This was published under the 2010 to 2015 Conservative and Liberal Democrat coalition government
Hot on the heels of Monday’s announcement of upgrades to the A1 as part of the government’s ‘Road investment strategy’, Transport Secretary Patrick McLoughlin visited the north east today (4 December 2014) to meet representatives of the Dual the A1 campaign, the North East Combined Authority, and Northumberland County Council, and discuss next steps and wider transport issues for the region.
Under the road investment strategy unveiled on 1 December 2014, north east of England and Yorkshire together are to benefit from 18 new schemes worth around £2.3 billion, creating an estimated 1,500 construction jobs.
Patrick McLoughlin said:
Upgrading the north east’s transport links is a key part of the government’s long term economic plan.
The people of Newcastle and the north east have been waiting a considerable time for the A1 to be dualled - nearly 80 years, in fact.
The ‘Road investment strategy’ I announced on Monday gives the scheme its long overdue go-ahead. I want to pay tribute to those who have campaigned for this, like them I want to see the project transform one of the country’s most notoriously congested stretches of road.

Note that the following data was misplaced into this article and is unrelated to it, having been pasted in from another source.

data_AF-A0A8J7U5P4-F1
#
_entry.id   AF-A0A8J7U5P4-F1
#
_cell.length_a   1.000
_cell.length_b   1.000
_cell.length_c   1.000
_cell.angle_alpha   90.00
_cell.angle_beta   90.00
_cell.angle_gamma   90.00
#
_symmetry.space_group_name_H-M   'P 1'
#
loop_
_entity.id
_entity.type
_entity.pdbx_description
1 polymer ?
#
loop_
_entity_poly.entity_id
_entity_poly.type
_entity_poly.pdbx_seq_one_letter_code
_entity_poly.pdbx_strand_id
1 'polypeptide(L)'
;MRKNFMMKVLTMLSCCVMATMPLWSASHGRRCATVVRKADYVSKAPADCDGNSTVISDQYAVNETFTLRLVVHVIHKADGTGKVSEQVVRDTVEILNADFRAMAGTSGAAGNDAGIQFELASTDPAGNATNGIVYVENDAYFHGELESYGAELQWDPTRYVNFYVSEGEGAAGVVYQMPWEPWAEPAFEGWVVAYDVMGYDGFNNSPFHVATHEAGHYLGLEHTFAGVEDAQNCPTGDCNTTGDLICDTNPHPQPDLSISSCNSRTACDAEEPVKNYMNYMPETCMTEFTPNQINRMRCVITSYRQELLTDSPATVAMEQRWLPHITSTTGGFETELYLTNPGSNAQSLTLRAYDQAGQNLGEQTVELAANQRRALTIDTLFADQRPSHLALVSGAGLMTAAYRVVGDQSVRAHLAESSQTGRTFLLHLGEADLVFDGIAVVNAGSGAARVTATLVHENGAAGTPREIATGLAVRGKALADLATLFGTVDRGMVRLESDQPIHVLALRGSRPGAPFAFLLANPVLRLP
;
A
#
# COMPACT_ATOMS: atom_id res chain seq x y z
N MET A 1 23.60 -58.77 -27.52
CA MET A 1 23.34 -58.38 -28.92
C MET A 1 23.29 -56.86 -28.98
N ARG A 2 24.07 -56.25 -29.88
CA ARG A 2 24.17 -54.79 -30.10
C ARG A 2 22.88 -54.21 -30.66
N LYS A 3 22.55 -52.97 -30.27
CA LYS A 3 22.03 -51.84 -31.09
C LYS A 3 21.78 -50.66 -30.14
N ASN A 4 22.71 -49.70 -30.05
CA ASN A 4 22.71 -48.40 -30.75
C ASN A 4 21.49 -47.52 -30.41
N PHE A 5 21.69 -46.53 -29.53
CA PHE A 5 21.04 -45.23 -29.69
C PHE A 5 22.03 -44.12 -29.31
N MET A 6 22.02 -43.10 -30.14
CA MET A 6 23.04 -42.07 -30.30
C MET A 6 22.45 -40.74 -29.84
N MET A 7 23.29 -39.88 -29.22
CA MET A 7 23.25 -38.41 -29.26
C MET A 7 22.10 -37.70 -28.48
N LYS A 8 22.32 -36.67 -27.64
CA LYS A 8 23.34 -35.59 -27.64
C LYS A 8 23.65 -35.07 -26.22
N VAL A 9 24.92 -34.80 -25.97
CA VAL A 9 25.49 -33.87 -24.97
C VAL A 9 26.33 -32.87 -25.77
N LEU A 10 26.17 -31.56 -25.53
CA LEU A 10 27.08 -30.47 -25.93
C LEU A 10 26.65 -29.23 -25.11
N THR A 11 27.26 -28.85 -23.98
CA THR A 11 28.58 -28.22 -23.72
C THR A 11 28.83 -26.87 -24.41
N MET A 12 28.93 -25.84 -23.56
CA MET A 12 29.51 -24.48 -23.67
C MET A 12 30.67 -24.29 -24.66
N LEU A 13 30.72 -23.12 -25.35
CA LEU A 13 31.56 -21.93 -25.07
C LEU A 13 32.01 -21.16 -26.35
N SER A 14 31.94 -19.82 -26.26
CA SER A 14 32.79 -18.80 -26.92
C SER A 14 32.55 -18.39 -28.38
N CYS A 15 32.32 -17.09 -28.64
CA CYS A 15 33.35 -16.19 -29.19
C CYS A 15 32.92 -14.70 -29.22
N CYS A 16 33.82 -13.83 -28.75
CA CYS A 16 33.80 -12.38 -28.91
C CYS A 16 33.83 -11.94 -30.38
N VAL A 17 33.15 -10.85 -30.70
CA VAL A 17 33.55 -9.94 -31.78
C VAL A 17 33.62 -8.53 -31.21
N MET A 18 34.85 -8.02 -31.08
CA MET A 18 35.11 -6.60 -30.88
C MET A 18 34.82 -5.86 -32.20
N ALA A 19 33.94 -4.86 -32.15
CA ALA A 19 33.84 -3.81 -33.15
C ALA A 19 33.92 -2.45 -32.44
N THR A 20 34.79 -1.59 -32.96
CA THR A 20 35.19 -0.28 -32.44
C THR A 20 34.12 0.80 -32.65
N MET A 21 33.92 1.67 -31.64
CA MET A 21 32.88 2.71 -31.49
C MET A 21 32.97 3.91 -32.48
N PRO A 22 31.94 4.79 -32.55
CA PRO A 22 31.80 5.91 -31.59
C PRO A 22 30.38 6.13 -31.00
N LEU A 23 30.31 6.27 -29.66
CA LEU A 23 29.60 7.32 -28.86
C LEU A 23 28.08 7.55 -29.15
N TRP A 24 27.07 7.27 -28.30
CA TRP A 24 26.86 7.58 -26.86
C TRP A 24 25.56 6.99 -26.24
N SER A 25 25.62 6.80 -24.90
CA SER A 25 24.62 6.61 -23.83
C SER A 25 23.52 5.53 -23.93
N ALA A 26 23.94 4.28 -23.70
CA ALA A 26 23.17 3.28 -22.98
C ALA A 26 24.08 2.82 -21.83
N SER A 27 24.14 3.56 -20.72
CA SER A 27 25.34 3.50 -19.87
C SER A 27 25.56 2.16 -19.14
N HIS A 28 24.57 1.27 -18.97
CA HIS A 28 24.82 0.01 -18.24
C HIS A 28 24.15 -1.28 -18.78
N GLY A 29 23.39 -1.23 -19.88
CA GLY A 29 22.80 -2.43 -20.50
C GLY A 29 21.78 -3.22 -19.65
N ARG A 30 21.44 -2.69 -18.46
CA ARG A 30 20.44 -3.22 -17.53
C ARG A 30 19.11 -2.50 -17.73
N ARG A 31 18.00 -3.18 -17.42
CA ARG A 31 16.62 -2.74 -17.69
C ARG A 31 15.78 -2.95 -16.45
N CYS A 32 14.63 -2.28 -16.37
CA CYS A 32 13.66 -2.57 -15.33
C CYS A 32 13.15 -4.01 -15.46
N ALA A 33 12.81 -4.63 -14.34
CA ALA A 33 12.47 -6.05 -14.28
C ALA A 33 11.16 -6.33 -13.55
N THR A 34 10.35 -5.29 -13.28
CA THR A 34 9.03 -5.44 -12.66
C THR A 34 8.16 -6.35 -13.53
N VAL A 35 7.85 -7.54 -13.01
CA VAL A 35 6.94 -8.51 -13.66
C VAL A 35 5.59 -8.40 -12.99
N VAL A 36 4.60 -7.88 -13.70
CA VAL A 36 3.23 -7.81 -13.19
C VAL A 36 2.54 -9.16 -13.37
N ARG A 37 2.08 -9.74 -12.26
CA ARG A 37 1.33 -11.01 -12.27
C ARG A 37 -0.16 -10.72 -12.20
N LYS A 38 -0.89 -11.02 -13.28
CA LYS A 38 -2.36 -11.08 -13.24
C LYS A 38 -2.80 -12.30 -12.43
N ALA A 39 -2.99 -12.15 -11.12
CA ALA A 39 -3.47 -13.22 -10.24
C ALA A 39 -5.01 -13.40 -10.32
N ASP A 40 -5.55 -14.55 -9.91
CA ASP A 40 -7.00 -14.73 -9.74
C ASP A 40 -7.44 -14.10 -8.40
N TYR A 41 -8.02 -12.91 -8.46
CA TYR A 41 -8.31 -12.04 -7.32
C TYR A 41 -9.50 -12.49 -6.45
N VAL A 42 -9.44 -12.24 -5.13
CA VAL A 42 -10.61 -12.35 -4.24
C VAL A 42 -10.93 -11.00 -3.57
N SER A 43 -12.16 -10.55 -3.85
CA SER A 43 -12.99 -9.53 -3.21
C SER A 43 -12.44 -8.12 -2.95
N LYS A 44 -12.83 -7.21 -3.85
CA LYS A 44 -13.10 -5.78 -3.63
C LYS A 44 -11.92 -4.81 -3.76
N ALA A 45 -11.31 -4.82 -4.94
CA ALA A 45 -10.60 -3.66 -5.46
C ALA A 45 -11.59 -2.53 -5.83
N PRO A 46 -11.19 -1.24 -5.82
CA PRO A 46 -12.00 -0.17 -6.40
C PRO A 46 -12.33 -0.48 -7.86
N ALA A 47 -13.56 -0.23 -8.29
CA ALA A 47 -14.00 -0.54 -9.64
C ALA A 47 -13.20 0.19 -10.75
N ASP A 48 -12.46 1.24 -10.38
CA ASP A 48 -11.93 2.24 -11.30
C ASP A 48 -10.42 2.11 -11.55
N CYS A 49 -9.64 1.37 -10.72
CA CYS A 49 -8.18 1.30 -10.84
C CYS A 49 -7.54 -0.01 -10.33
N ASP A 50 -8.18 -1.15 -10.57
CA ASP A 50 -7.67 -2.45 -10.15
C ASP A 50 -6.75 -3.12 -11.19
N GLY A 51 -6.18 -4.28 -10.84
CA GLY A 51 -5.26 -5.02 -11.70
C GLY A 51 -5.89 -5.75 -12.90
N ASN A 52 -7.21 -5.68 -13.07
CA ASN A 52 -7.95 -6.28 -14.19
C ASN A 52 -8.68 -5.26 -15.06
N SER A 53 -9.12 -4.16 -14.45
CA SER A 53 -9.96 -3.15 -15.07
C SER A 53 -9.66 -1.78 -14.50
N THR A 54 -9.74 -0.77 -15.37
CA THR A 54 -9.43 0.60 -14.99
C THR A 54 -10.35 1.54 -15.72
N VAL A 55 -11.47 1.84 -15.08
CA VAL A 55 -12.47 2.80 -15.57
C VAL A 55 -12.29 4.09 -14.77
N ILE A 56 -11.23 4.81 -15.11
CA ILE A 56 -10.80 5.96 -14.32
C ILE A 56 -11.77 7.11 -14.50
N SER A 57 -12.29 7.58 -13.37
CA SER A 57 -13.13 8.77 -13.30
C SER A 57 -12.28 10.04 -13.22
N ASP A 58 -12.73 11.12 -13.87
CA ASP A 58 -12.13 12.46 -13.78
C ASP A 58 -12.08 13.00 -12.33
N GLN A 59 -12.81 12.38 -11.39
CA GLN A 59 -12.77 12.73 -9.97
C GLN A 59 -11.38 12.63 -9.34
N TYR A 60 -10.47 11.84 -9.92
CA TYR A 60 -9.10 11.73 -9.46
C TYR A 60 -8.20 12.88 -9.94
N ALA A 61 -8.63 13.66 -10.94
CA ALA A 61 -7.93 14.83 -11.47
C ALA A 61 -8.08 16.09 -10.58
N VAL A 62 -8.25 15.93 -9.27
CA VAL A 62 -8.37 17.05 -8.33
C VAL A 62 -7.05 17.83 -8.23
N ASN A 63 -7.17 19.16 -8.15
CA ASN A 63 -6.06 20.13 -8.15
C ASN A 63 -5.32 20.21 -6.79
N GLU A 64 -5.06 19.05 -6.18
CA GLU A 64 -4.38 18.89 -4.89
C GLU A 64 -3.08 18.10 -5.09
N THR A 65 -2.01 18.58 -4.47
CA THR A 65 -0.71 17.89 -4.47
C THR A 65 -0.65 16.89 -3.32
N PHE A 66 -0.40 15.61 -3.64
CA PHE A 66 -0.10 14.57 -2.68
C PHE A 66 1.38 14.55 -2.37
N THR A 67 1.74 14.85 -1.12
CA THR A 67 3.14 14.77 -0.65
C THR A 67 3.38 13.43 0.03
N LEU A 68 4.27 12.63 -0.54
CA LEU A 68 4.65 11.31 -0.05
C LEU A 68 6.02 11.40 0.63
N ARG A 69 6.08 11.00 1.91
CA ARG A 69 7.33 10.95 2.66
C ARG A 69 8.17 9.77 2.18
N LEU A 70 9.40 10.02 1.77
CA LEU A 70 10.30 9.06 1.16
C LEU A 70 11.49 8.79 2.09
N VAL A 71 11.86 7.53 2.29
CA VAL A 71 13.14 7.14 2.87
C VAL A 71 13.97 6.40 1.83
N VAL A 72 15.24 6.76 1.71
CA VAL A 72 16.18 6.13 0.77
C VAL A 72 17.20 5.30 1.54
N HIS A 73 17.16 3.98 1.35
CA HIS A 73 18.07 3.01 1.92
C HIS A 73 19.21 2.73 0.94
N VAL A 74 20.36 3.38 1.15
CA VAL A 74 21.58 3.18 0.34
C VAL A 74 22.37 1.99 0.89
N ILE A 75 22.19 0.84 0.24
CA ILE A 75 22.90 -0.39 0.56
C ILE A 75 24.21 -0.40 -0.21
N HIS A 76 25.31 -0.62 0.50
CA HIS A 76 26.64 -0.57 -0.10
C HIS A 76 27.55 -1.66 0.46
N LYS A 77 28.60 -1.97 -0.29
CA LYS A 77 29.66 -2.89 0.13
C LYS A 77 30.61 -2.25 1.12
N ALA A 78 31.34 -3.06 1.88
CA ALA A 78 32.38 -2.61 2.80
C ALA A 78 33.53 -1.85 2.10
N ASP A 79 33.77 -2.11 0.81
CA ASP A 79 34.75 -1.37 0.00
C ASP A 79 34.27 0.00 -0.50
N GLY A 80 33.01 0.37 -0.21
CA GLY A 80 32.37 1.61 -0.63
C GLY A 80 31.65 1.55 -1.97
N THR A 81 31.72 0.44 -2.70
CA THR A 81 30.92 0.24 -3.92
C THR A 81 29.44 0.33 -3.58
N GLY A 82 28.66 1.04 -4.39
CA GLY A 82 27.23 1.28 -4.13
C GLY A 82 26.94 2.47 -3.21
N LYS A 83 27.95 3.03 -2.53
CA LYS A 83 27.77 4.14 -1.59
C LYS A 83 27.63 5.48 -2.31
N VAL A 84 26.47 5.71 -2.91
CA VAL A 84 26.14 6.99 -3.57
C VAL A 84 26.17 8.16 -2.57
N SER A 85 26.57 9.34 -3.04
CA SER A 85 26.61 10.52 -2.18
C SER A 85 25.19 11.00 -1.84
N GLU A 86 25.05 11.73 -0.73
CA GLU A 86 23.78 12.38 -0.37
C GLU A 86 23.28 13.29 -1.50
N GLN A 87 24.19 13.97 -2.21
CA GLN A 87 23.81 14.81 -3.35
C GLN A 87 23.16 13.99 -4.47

Highlights of the planned investment in the north east and Yorkshire include:
in addition to the £300 million widening scheme between Coal House and Metro Centre (announced in 2013 and currently being delivered), work will begin to widen the adjacent section to the south between Coal House and the junction with the A194 (M), as well as provision of additional lanes to the north from Scotswood to North Brunton - this will reduce congestion and enable development around Newcastle and Gateshead
investing £290 million to upgrade the A1 from Morpeth to Ellingham to create a new expressway-standard road to Ellingham and add further improvements between Ellingham and the Scottish border - this will create 34 miles of continuous ‘expressway’ dual carriage north of Newcastle, better connecting Northumberland into the rest of the country
extending smart motorways westwards along the M62, so they cross the Pennines to link Leeds and Manchester this will be the first major increase in trans-Pennine capacity since 1971, when the M62 first opened to traffic
planning will begin to upgrade the last non-motorway section of the A1 in Yorkshire, between Redhouse and Darrington - once completed, it will reduce congestion and improve safety along this route, as well as creating a new corridor to the north east, reducing congestion on the M1 around Sheffield and Leeds
a study into the feasibility of building a trans-Pennine tunnel to address the strategic gap between Sheffield and Manchester, that would transform capacity and reduce congestion while still preserving the tranquillity of the Peak District